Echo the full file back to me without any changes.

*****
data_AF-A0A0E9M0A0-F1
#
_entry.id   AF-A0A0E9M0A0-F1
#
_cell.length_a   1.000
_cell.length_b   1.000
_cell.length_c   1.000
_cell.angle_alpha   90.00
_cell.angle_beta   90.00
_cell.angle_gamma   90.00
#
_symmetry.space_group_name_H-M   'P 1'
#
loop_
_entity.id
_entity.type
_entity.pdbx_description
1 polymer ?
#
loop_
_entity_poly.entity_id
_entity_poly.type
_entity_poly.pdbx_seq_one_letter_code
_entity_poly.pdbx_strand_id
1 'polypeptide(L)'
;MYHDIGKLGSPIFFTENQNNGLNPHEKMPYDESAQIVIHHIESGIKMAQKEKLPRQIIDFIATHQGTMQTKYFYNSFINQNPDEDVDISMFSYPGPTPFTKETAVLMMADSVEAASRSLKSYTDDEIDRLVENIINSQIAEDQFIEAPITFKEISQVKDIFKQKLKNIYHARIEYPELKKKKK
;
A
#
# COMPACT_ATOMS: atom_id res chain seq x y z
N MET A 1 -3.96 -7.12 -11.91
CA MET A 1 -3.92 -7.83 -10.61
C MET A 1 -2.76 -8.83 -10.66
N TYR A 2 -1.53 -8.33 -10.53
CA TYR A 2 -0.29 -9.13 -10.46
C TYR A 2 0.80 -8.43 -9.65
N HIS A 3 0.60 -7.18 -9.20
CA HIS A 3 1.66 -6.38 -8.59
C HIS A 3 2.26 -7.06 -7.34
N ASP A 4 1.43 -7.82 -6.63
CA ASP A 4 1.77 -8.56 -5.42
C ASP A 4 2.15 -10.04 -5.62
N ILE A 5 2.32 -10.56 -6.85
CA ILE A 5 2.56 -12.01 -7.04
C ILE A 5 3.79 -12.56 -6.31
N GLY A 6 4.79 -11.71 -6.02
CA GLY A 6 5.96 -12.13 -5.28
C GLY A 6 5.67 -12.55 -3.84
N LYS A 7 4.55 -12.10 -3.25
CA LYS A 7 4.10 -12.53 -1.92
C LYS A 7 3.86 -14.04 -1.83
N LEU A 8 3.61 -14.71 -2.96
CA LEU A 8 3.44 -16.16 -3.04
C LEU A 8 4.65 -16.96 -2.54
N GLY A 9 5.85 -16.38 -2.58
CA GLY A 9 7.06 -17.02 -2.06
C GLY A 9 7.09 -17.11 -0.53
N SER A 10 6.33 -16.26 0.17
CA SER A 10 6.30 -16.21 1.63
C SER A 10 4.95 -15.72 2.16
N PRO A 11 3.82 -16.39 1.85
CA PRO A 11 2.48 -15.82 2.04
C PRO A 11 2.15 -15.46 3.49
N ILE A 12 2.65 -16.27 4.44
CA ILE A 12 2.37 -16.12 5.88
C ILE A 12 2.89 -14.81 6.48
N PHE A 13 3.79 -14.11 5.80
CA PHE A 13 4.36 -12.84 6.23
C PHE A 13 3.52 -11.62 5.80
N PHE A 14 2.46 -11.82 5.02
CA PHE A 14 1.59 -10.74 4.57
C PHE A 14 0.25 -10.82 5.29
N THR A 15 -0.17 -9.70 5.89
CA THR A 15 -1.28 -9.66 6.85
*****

data_AF-A0A0E9M0A0-F1
#
_entry.id   AF-A0A0E9M0A0-F1
#
_cell.length_a   1.000
_cell.length_b   1.000
_cell.length_c   1.000
_cell.angle_alpha   90.00
_cell.angle_beta   90.00
_cell.angle_gamma   90.00
#
_symmetry.space_group_name_H-M   'P 1'
#
loop_
_entity.id
_entity.type
_entity.pdbx_description
1 polymer ?
#
loop_
_entity_poly.entity_id
_entity_poly.type
_entity_poly.pdbx_seq_one_letter_code
_entity_poly.pdbx_strand_id
1 'polypeptide(L)'
;MYHDIGKLGSPIFFTENQNNGLNPHEKMPYDESAQIVIHHIESGIKMAQKEKLPRQIIDFIATHQGTMQTKYFYNSFINQNPDEDVDISMFSYPGPTPFTKETAVLMMADSVEAASRSLKSYTDDEIDRLVENIINSQIAEDQFIEAPITFKEISQVKDIFKQKLKNIYHARIEYPELKKKKK
;
A
#
# COMPACT_ATOMS: atom_id res chain seq x y z
N MET A 1 -3.96 -7.12 -11.91
CA MET A 1 -3.92 -7.83 -10.61
C MET A 1 -2.76 -8.83 -10.66
N TYR A 2 -1.53 -8.33 -10.53
CA TYR A 2 -0.29 -9.13 -10.46
C TYR A 2 0.80 -8.43 -9.65
N HIS A 3 0.60 -7.18 -9.20
CA HIS A 3 1.66 -6.38 -8.59
C HIS A 3 2.26 -7.06 -7.34
N ASP A 4 1.43 -7.82 -6.63
CA ASP A 4 1.77 -8.56 -5.42
C ASP A 4 2.15 -10.04 -5.62
N ILE A 5 2.32 -10.56 -6.85
CA ILE A 5 2.56 -12.01 -7.04
C ILE A 5 3.79 -12.56 -6.31
N GLY A 6 4.79 -11.71 -6.02
CA GLY A 6 5.96 -12.13 -5.28
C GLY A 6 5.67 -12.55 -3.84
N LYS A 7 4.55 -12.10 -3.25
CA LYS A 7 4.10 -12.53 -1.92
C LYS A 7 3.86 -14.04 -1.83
N LEU A 8 3.61 -14.71 -2.96
CA LEU A 8 3.44 -16.16 -3.04
C LEU A 8 4.65 -16.96 -2.54
N GLY A 9 5.85 -16.38 -2.58
CA GLY A 9 7.06 -17.02 -2.06
C GLY A 9 7.09 -17.11 -0.53
N SER A 10 6.33 -16.26 0.17
CA SER A 10 6.30 -16.21 1.63
C SER A 10 4.95 -15.72 2.16
N PRO A 11 3.82 -16.39 1.85
CA PRO A 11 2.48 -15.82 2.04
C PRO A 11 2.15 -15.46 3.49
N ILE A 12 2.65 -16.27 4.44
CA ILE A 12 2.37 -16.12 5.88
C ILE A 12 2.89 -14.81 6.48
N PHE A 13 3.79 -14.11 5.80
CA PHE A 13 4.36 -12.84 6.23
C PHE A 13 3.52 -11.62 5.80
N PHE A 14 2.46 -11.82 5.02
CA PHE A 14 1.59 -10.74 4.57
C PHE A 14 0.25 -10.82 5.29
N THR A 15 -0.17 -9.70 5.89
CA THR A 15 -1.28 -9.66 6.85